Work out first thing

Your leptin level is low in the morning, which will help you exercise longer. In the University of Montreal study, researchers found that mice who had low leptin ran twice as far as those with a normal level. The reason: When leptin drops, you feel hungry, which in turn taps a primitive portion of the brain that propels you into action. (In prehistoric times, this was a survival mechanism that sent people on the hunt to find food.) As a result, you suddenly feel super-motivated to move, and your stamina increases too, says Stephanie Fulton, Ph.D., an associate professor of nutrition at the University of Montreal and one of the study’s authors. Those vibes may linger after you leave the gym, making you feel good and giving you the energy and ambition to tackle other goals. To maximize the effect, work out soon after you wake up, when your leptin levels are lowest, Fulton says. And skip the pre-exercise snack.

Talk to yourself

People who expected to enjoy their workout were more likely to feel good afterward than those who didn’t, research in the Annals of Behavioral Medicine found. Before getting your sweat on, tell yourself you’re pumped; if you’re having trouble believing it, think back to a recent session that left you feeling amazing, remind yourself how exercising will help you achieve your goals, or chat with the person next to you in class about how awesome you’re both about to feel, suggests Suzanne G. Helfer, Ph.D., a professor of psychology at Adrian College and the study’s lead author. “You can extend those good feelings by also taking time to acknowledge them after you finish your workout,” she adds—just pause for a second to soak in the happy feelings before hitting the shower. These simple steps can help you savor the exercise high, making it last, Helfer says.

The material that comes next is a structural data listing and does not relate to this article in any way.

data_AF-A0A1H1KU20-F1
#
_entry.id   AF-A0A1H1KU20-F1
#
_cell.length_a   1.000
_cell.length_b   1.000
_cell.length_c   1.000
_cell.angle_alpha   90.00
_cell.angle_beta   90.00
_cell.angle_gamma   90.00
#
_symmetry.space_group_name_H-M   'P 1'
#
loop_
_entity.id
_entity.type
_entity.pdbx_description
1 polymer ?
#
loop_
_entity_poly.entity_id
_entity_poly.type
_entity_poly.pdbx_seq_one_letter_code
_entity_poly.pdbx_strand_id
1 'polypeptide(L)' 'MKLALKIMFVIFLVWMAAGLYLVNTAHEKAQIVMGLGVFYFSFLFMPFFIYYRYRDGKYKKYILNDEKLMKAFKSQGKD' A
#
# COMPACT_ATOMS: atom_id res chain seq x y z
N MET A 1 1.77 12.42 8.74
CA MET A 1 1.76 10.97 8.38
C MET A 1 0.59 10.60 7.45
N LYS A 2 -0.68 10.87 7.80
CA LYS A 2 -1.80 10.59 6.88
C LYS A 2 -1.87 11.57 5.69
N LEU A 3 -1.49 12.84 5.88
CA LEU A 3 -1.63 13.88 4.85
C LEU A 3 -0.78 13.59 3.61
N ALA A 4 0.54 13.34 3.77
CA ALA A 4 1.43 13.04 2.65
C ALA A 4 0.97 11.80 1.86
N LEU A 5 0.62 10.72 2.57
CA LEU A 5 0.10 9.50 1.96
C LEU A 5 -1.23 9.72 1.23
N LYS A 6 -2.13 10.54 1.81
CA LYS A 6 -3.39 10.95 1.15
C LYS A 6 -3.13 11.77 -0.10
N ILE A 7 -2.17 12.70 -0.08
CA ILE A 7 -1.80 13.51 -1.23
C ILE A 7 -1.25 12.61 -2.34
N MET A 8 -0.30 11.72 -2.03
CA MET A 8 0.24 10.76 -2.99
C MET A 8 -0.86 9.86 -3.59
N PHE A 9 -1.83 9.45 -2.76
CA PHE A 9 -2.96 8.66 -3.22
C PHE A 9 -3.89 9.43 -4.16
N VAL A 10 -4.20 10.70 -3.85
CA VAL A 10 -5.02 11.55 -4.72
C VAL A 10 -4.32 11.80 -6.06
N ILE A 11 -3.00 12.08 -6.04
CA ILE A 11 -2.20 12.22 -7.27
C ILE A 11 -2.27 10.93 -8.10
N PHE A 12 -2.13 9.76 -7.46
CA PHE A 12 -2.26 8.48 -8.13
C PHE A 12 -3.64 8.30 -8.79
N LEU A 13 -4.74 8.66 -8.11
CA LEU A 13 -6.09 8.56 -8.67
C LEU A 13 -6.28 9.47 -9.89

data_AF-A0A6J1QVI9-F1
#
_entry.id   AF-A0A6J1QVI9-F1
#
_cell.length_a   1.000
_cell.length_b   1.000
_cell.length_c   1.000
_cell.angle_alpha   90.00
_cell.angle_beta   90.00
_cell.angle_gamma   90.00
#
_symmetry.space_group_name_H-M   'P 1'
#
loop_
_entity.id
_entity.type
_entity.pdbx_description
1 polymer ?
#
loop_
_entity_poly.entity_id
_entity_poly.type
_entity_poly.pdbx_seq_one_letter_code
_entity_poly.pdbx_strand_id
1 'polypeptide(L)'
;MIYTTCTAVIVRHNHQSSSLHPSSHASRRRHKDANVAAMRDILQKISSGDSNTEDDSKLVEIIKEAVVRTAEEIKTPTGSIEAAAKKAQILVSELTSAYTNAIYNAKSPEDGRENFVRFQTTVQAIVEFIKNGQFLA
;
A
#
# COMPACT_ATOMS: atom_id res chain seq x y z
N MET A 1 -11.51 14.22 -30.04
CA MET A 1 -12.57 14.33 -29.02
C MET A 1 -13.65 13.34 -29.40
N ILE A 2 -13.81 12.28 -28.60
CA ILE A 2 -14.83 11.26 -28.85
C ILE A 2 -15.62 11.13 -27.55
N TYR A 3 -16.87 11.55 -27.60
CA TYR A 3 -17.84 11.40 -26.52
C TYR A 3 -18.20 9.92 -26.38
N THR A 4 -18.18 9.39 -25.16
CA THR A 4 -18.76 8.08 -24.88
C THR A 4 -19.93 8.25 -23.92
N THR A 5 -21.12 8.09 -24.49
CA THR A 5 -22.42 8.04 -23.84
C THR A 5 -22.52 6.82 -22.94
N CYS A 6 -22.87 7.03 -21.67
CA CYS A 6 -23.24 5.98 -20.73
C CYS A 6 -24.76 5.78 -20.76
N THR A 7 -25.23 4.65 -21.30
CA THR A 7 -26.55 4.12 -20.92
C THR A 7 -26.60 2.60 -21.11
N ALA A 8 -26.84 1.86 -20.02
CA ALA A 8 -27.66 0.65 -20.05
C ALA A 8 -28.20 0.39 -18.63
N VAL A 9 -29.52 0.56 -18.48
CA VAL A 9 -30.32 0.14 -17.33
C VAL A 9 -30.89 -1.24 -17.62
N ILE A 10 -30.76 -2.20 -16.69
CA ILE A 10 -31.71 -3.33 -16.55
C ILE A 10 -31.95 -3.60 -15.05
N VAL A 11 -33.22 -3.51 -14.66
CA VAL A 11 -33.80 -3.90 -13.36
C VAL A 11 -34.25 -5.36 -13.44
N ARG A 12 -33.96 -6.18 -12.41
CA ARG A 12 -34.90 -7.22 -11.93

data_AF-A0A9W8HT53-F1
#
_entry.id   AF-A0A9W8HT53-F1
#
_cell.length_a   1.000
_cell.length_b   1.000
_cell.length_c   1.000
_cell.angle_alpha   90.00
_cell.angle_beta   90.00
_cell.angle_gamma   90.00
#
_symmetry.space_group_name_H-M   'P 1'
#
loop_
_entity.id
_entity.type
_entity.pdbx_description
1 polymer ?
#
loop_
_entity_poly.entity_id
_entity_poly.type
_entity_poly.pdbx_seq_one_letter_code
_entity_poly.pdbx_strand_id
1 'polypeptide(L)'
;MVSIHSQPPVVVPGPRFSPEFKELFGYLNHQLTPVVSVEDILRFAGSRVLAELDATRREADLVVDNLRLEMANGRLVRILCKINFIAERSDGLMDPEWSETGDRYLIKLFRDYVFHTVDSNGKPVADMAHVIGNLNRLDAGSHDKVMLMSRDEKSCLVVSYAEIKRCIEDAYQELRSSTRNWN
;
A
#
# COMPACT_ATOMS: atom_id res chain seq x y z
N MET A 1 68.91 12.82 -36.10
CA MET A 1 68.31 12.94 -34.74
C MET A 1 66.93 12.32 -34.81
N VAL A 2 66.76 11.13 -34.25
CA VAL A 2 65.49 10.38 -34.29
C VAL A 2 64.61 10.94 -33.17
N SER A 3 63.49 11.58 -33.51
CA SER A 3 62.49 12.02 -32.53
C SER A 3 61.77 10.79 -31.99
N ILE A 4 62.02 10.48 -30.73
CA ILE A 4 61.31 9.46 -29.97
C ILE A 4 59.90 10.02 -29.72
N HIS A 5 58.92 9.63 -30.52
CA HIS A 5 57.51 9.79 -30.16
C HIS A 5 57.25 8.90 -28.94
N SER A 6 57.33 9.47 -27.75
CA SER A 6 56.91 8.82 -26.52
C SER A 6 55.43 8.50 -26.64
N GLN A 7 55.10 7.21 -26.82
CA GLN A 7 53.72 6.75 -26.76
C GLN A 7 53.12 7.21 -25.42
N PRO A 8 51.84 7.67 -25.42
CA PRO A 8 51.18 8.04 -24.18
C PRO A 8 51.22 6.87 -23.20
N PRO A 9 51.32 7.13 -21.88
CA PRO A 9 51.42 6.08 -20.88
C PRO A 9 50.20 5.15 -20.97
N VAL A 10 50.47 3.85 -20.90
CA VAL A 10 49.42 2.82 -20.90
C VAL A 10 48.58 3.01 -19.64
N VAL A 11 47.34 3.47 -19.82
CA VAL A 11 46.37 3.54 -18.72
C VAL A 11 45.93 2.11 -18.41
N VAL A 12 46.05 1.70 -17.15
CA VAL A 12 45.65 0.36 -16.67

Get yourself a workout friend

“Exercising with a buddy may enhance the positive feelings you get from endurance workouts,” explains Emma Cohen, an associate professor at the Institute of Cognitive and Evolutionary Anthropology at the University of Oxford in England. When you’re around others, your pain and fatigue thresholds are higher, which means you can push yourself to go harder and faster and for longer, according to Cohen’s recent research. In fact, social bonding activates the same endocannabinoid system that exercise does, Cohen explains, so you’re scoring even stronger perks when you get physical with friends. Doing group workouts or taking classes will help you reap the same benefits.

Do it in nature

Getting active outdoors makes people feel good, more so than exercising indoors does, numerous studies show. Being in nature has been proved to reduce stress and boost mood, benefits that exercise also offers. So combine the two and you get an even bigger boost. “When you’re out in nature, the restorative, stress-reducing, mind-clearing experience of exercise can really be strengthened,” explains Tytti Pasanen, a researcher at the University of Tampere in Finland. In a recent study in the journal Applied Psychology: Health and Well Being, Pasanen found that taking your workouts outside can even make you happier long-term in your day-to-day life. And that’s the ultimate post-exercise buzz.